A phishing attack might disrupt a business’s entire network by hijacking it or stealing information. In the event of an attack, it may force a business to shut down its online services for an indefinite period of time, causing significant losses in revenue and further damage caused by the malware. Additionally, there are regulatory fines that businesses can face and impacts on the business’s reputation in the event of a breach.
A phishing attack is also dangerous to everyday people, causing damages or resulting in stolen identities.
Pharming is a cyberattack that redirects a site’s entire traffic flow to another malicious website. From there, cybercriminals can steal information and manipulate users into giving up credentials or downloading malware.
A data breach is when sensitive company or personal data is exposed via unauthorized entry to a system or application. This can expose things like credit card numbers, addresses, social security numbers, bank routing numbers and more. The largest data breach to date occurred in 2020 on the adult site “CAM4”, exposing a staggering 10 billion records.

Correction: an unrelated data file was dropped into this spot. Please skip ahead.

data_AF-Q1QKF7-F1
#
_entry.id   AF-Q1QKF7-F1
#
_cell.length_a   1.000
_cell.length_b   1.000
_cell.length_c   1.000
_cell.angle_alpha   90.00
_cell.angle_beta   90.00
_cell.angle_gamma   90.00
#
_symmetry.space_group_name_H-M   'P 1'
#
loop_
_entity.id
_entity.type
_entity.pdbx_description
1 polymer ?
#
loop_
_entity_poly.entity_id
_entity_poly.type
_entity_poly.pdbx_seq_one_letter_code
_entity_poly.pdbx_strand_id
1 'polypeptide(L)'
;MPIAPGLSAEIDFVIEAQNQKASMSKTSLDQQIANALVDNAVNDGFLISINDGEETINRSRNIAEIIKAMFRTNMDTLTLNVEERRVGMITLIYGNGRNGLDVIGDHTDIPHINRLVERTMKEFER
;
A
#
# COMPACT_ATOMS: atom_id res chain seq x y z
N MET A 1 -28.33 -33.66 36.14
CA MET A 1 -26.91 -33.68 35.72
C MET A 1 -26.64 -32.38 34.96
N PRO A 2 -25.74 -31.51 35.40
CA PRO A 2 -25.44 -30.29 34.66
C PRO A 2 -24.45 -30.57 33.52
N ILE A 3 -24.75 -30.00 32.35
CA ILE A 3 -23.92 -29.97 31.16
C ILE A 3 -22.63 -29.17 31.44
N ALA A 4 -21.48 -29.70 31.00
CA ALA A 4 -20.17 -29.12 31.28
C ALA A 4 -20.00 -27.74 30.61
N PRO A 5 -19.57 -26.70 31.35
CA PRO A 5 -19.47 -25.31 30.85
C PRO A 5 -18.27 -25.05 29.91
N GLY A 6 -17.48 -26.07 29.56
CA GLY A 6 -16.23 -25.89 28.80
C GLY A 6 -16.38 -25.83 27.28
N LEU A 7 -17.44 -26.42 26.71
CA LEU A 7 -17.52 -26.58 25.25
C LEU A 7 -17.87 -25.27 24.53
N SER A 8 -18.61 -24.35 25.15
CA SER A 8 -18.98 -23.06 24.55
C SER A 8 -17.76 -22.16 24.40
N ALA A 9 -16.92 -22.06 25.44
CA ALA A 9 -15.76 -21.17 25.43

Login theft occurs when a cybercriminal obtains login information from the victim via a phishing attack. Login credentials can easily be compromised, especially when nearly 65% of people recycle passwords. Some victims don’t even know their credentials have been compromised until it’s too late and financial or personal damage has been inflicted.
Malware is malicious software that, once downloaded or installed, creates entry points or steals information. Here are some common types of malware that phishing perpetrators may use to infiltrate your system:
Keyloggers are malware that monitor keystrokes to allow cybercriminals to guess passwords and other login information.
Viruses are malicious entities that are copied onto a user’s system and infect certain files. These infections can be used to steal personal information from these files, but require sharing to infect other computers.